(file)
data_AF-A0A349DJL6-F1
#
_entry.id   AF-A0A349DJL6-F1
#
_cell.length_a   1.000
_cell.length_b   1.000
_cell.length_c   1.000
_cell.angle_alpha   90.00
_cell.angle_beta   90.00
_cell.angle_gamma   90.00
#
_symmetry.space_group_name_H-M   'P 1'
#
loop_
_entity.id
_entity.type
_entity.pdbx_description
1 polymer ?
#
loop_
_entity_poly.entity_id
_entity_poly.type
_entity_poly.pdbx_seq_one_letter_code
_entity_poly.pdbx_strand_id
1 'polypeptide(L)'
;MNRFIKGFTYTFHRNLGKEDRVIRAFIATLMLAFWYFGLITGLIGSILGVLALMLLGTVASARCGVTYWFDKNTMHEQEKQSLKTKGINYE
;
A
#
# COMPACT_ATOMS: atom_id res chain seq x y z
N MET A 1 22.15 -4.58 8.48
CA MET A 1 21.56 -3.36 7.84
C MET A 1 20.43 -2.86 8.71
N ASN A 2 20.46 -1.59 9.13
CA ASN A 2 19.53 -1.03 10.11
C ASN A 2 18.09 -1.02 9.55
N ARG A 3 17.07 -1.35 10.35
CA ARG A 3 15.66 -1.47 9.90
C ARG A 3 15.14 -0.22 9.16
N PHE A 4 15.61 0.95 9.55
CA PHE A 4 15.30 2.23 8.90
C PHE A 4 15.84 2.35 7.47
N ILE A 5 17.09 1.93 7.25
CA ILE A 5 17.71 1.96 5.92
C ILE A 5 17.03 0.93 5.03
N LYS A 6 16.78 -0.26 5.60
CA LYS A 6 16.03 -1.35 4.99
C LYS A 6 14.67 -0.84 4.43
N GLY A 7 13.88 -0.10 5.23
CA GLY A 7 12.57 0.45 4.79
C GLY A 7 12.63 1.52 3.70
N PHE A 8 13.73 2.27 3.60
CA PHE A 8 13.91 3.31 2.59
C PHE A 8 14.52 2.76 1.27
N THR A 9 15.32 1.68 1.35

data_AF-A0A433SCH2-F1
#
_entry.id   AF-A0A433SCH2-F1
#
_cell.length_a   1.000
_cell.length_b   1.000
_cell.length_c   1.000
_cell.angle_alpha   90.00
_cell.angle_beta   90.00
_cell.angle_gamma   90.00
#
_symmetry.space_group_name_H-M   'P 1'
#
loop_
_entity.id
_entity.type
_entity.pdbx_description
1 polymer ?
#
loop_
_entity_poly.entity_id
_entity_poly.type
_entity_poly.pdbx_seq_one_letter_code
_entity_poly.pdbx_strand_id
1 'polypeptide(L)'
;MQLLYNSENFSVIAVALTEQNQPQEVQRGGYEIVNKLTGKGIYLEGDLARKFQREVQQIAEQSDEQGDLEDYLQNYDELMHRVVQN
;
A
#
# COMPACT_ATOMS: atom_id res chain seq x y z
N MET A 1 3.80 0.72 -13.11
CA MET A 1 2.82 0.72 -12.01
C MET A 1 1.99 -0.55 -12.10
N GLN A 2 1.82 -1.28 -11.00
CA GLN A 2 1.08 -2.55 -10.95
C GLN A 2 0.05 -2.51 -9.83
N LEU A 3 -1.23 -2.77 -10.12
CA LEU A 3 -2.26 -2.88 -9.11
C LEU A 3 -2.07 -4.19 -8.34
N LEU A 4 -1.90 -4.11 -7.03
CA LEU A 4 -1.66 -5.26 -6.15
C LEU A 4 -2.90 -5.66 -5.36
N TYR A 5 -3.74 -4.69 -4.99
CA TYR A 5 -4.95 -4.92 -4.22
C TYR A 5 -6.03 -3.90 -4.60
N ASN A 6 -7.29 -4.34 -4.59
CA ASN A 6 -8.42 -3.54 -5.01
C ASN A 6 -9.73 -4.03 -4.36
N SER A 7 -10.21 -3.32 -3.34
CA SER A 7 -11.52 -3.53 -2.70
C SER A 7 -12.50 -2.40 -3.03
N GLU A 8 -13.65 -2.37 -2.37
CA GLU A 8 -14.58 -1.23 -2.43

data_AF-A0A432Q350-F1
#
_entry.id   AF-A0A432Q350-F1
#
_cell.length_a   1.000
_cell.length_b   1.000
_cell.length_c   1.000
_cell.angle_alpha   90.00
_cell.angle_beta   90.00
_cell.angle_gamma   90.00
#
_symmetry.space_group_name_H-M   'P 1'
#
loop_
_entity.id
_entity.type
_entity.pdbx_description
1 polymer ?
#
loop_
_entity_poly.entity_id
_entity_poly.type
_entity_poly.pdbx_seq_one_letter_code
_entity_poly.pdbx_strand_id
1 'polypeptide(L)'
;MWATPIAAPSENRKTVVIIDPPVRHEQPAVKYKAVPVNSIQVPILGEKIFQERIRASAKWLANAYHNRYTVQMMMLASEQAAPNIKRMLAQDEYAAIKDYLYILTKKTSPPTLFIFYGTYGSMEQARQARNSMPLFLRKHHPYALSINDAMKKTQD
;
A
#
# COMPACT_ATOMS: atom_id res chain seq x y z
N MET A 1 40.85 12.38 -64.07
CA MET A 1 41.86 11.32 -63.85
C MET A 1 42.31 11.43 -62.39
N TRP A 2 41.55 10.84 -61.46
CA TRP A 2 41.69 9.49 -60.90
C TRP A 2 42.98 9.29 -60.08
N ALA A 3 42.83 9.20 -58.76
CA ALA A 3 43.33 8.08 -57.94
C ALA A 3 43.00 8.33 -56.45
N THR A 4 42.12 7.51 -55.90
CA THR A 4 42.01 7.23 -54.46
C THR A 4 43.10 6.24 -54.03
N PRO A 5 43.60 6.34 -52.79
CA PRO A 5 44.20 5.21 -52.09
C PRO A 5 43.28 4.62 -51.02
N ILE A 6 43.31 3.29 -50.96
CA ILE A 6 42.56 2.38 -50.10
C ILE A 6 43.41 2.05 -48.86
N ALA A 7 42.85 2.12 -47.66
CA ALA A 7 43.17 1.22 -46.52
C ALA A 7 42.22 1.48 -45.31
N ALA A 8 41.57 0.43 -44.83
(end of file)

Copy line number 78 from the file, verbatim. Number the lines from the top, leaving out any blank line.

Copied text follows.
_entity_poly.pdbx_seq_one_letter_code